The almost files...
One of the ways I get ready for survival in the bush is by reading accounts of people who got into jams and got out of it (or didn't) and learning what they did, didn't do, knew, brought etc...that saved their rear end. Larry Kanuit's book is a good source for these...
For those willing to share their own lessons from "out there" this is the thread....
A buddy of mine and I were on admiralty island this past September. We were going up the Bear Creek trail towards Mt Robert Baron - a hunt we had done from the other side before. Both of us were trying to lighten up. I lugged a heavy BAR .300 the past year and was looking at taking a 30-06. My buddy had a .223 last year and was thinking of taking that but on a whim brought his 7mm. We were rushed by a sow a mile in...At the time I had left my pack to go back and pick up something and almost left my gun (because the distance was so short). My buddy had about 5 seconds of warning before he had to shoot. By the time I got there the griz was down (7mm through the mouth cavity at 2 feet). I hate to think what would have happen if we had gone in underpowered or worse, not had our guns on us at that very moment....
Alright, I've got one.
As a kid, I spent a lot of time exploring in a nearby canyon in California with friends of mine. We played paintball, camped, hiked... I knew the area pretty well. I probably spent a good half of my teen years with poison oak.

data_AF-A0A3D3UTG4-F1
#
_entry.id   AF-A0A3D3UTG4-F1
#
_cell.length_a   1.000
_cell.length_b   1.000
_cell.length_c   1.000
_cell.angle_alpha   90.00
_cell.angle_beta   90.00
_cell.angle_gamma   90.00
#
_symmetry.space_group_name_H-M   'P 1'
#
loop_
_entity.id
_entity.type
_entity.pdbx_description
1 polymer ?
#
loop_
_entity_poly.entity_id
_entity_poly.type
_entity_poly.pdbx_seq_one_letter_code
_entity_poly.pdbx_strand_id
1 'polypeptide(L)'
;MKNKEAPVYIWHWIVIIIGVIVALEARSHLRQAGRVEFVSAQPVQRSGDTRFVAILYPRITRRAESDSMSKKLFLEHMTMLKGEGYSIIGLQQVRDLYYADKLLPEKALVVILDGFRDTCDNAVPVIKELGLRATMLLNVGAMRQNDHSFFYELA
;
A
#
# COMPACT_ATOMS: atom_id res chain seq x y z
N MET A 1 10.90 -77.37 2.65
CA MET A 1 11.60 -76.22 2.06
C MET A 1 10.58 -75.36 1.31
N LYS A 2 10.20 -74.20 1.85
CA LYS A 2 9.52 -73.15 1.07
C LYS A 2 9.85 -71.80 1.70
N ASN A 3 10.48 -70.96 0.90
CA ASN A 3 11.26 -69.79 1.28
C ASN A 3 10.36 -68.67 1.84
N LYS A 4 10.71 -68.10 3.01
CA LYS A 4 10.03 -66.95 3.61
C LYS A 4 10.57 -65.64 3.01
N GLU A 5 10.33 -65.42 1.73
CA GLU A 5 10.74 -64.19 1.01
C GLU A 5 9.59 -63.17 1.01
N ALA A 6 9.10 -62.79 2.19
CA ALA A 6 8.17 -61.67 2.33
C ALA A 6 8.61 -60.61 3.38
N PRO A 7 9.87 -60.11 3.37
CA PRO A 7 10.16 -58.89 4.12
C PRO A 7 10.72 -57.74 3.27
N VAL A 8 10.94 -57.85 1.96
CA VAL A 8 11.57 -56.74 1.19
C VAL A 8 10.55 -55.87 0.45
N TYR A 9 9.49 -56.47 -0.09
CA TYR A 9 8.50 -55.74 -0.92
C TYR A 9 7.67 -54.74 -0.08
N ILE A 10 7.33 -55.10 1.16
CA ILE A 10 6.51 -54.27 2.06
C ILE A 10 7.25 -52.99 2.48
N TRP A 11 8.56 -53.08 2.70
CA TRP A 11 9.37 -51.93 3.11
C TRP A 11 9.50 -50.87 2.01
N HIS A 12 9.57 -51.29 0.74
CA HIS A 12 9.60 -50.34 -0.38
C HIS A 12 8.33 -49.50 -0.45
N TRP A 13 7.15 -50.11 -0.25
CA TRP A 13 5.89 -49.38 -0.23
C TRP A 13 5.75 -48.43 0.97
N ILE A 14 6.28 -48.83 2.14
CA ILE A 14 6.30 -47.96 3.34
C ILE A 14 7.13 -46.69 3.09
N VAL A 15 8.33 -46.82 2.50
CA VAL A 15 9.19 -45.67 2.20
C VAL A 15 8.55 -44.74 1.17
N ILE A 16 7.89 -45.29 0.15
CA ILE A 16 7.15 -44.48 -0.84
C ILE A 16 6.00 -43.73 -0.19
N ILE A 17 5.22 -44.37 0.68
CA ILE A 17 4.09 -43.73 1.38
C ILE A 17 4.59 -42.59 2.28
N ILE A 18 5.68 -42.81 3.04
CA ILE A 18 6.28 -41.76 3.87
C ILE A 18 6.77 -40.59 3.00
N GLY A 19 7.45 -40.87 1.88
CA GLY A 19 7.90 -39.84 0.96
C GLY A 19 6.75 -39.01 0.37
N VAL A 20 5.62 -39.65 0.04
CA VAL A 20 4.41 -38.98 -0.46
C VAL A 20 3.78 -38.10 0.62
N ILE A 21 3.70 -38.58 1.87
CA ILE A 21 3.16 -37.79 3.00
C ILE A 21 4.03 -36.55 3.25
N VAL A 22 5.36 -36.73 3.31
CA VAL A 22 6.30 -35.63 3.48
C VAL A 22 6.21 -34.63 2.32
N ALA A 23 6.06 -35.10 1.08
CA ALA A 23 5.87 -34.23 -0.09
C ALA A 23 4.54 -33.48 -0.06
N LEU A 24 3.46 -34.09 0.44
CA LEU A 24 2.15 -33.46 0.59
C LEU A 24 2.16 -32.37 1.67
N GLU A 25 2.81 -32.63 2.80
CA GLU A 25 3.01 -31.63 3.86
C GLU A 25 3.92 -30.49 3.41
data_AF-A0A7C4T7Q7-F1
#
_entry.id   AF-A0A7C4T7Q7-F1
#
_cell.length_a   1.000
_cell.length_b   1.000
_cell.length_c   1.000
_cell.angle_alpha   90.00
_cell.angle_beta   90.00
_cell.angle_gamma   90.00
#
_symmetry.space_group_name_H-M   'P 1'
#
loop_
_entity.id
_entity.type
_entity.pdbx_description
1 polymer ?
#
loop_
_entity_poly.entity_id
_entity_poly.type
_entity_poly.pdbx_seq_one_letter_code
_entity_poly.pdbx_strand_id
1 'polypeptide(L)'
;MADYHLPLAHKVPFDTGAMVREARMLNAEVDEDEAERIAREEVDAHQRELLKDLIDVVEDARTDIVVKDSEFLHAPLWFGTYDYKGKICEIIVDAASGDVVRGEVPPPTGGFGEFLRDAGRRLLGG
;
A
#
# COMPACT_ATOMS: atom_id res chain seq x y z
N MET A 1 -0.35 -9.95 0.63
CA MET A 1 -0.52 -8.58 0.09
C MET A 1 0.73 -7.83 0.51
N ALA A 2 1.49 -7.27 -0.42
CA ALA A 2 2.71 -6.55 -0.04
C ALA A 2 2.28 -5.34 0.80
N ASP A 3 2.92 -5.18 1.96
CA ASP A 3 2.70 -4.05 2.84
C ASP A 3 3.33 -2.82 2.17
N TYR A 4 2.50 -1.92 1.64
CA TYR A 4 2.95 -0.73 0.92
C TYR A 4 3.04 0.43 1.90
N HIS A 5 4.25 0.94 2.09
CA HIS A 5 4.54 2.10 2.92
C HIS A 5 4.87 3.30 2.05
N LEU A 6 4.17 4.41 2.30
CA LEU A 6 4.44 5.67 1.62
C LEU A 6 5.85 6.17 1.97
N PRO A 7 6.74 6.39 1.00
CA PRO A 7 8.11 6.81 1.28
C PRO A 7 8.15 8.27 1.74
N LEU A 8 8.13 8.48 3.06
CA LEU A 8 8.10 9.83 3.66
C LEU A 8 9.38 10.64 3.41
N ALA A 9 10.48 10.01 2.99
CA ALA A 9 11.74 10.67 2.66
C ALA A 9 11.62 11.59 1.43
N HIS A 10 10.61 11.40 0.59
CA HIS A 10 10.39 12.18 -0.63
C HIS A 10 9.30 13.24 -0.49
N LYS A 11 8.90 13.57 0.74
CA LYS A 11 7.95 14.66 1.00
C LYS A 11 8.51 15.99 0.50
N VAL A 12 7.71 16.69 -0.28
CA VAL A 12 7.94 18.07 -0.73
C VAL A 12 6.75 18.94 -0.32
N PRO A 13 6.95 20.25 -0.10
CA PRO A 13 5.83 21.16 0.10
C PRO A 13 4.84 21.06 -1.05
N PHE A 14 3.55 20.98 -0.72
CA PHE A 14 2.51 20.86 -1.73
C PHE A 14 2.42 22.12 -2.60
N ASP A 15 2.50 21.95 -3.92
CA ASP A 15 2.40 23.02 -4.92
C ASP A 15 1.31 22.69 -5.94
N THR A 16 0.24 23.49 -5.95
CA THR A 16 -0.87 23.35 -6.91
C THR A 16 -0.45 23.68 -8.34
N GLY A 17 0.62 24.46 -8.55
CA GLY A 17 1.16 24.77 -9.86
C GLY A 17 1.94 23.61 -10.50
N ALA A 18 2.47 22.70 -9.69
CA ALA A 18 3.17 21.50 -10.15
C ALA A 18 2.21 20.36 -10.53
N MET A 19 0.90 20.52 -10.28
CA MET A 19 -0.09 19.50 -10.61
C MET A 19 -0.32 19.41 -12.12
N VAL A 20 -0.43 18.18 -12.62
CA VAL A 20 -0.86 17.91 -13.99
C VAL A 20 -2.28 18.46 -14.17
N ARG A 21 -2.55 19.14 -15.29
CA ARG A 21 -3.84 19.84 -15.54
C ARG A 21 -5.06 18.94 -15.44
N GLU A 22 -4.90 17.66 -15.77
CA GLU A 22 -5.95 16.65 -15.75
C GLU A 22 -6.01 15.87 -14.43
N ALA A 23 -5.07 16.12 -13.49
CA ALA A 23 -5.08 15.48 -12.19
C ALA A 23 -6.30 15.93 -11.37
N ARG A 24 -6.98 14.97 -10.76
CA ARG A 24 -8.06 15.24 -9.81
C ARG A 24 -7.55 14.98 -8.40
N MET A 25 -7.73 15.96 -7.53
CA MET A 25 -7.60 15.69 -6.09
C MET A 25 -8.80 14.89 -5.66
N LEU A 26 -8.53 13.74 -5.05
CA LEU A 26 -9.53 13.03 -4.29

Well, as kids do, I got into some fight with my parents one evening, and decided that it was time to run away from home. I gathered my things, a headed off to that canyon. A couple of hours later, I was setting up my camp on the river bank at the edge of the forest. Basically, I wasn't too far from home, but I was definitely away.
It was summer, and pretty hot, and I didn't have a water purifier or tablets, so I spent most of my first day boiling water out of the stream, hoping to sanitize it somewhat. I eventually found a spring coming out of a rock, and never got giardia from the water, so I must have done alright.
As the night came, I settled to bed. I was sleeping in an REI bivy sack, which compared to a tent, doesn't give you a lot of seclusion from your surroundings. It didn't take long, either, to settle in that I wasn't with friend this time- I was all alone.
Time went by, and as my fears would have drawn out, I began to hear noises in the bushes around me. A twig would snap, and then some leaves would be cruched. This wasn't the wind. It wasn't my imagination either, and I knew it. I was without a doubt wide awake, running on adrenaline, scared to lift the flap and look outside, and white nuckling my ka-bar (best knife I've ever owned). I didn't know what was out there, but it wasn't going away.
Finally, after waiting what seemed an eternity, I decided to do something about this. I resolved my grip on my knife, and with a scream I jumped from my bag, running towards where the sound had come. I wasn't going down without a fight!
Maybe a half dozen quail flew away. I went home the next morning.
Hey, have you ever know anyone to survive a quail attack?